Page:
Myth: Pulling out is almost as good as using a condom.  Withdrawal is sometimes referred to as the contraceptive method that’s “better than nothing,” and in fact a new study claims that pulling out is only slightly less effective than a male condom when it comes to preventing pregnancy. 

We say:  Yes, pulling out may prevent pregnancy, but it doesn’t hinder the transmission of HIV and other STIs. Condoms are still the tried and true way to lower your risk of HIV infection during intercourse.

Myth: The high rate of HIV among black women is mostly due to black men on the down low. In 2004, data from the Centers for Disease Control and Prevention (CDC) suggested that men who have sex with men (MSM) as well as women were a “significant bridge for HIV to women.”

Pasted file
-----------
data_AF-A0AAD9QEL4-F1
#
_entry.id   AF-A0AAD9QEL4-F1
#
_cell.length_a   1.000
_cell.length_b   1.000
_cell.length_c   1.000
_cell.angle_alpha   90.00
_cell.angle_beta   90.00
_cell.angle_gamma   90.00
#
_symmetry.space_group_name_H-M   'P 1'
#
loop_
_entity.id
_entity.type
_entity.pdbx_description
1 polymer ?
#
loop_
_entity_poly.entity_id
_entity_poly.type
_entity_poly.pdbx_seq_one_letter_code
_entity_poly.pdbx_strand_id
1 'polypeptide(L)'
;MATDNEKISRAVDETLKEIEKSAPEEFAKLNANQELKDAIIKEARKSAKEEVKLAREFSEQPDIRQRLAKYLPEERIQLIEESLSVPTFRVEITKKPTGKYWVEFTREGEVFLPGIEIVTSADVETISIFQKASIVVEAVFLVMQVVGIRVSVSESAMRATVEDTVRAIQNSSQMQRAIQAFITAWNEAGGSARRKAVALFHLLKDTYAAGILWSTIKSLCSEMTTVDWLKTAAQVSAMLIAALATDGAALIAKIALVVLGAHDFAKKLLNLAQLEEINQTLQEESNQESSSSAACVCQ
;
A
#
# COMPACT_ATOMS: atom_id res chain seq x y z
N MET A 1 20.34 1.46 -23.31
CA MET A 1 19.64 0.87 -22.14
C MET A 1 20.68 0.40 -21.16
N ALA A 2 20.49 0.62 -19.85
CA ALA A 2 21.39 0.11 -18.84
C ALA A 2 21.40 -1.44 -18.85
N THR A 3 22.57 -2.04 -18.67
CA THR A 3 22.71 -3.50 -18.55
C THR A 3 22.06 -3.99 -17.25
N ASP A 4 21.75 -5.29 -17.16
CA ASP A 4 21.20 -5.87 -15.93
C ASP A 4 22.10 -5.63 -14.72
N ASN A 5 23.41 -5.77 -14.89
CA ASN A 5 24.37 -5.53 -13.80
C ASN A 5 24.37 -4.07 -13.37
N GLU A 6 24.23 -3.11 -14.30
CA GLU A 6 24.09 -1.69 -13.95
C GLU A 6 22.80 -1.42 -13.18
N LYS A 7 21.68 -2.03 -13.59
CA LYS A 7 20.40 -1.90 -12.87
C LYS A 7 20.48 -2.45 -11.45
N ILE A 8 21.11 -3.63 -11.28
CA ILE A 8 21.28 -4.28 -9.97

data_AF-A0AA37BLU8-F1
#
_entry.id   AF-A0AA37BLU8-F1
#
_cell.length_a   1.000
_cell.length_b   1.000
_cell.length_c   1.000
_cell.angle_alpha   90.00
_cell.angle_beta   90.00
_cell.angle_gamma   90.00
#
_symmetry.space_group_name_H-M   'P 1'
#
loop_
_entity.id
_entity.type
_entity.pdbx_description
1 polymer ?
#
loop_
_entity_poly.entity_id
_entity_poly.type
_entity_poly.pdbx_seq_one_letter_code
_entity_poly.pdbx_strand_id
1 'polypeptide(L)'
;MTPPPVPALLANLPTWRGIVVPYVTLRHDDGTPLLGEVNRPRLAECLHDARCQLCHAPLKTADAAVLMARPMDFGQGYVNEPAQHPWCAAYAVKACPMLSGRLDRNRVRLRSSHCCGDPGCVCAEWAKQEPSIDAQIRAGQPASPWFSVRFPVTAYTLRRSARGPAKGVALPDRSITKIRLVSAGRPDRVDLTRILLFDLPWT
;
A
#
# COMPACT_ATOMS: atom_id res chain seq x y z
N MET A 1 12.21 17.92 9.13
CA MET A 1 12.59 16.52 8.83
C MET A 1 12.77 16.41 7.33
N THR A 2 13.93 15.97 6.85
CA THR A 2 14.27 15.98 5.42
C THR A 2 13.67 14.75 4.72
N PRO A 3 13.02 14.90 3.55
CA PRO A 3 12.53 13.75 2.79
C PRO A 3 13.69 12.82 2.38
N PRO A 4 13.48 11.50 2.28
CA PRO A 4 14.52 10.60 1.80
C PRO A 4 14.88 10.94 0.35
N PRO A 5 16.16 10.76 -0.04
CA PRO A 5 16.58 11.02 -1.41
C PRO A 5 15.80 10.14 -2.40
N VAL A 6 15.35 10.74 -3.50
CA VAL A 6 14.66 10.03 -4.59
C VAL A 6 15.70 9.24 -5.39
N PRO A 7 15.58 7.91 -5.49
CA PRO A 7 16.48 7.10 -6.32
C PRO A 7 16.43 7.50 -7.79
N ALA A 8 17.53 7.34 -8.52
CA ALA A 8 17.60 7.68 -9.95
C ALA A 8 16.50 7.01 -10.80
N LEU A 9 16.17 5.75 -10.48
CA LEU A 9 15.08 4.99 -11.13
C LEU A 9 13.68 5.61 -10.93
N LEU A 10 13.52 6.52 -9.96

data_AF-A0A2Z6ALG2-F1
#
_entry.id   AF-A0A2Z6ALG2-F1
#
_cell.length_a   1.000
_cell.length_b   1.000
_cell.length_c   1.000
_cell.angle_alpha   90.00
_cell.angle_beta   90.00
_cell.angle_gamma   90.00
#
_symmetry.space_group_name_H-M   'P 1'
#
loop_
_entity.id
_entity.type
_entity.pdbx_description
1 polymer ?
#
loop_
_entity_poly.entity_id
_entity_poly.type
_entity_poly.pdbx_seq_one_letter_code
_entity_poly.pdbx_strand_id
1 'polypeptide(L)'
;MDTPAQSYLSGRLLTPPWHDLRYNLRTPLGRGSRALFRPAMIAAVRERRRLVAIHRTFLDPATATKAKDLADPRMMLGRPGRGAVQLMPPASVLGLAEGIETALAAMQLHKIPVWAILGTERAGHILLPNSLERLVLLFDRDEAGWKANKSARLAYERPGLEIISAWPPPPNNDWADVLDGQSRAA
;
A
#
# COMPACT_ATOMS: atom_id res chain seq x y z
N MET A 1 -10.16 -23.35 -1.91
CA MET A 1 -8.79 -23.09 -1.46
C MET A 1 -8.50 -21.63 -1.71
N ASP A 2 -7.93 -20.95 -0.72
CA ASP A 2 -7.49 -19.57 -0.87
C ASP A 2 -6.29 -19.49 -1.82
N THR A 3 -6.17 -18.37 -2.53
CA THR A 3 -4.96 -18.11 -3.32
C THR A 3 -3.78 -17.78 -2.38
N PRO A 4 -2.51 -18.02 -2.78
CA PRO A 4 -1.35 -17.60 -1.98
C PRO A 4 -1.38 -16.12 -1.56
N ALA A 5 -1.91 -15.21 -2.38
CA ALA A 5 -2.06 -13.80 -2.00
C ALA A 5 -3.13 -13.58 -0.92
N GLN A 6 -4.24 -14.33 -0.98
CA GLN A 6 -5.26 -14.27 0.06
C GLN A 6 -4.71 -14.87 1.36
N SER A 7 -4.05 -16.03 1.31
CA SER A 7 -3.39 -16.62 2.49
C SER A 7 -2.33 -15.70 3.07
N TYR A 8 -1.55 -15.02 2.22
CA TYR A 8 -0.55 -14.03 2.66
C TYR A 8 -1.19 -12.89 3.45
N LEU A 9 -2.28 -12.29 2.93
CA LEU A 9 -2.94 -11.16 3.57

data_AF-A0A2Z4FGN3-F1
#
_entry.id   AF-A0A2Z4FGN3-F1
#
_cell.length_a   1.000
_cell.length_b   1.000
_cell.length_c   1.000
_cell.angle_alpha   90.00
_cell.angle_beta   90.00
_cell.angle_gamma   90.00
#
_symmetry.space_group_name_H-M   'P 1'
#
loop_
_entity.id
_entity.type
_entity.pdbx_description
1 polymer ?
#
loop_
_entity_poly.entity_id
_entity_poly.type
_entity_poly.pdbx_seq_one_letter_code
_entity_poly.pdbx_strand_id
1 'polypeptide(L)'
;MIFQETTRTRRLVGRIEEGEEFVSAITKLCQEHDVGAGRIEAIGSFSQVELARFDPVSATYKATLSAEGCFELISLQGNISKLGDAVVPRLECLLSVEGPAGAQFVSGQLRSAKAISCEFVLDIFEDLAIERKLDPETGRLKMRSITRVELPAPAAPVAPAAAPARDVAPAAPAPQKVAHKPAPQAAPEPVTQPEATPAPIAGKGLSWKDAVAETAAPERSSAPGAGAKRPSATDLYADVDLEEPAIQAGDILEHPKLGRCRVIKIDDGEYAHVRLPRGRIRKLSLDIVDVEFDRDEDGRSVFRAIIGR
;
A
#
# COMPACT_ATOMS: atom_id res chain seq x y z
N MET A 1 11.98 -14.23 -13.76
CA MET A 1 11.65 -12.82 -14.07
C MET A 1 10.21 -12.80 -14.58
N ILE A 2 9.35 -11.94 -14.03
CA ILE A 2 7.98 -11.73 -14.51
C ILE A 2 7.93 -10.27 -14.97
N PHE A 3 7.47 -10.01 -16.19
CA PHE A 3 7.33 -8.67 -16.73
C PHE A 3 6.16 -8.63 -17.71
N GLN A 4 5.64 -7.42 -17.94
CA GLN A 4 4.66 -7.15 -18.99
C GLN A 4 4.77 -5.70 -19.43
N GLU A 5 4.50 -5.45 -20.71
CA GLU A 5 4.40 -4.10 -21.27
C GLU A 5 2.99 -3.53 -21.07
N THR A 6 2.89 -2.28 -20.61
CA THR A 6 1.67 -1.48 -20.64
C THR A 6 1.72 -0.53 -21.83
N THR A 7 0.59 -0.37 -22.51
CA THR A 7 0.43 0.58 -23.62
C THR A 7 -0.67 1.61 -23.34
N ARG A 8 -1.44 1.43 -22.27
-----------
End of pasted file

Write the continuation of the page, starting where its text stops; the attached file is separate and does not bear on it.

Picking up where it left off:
But a recent study published in the April 2009 issue of the American Journal of Public Health found that African-American men who identify as being on the down low (DL) were no more likely to spread HIV than those who were openly bisexual.

We say: Focus on reducing high-risk behavior and other issues that drive the epidemic in communities of color, rather than labels.

Myth: Looking at the HIV prevalence rates, race determines who should worry about contracting the virus. A new study found that African Americans and Latinos are more concerned about contracting HIV than whites.

We say: While the rate of infection is disproportionately higher among African Americans and Latinos, the fact is that everyone is at risk and should take precautions.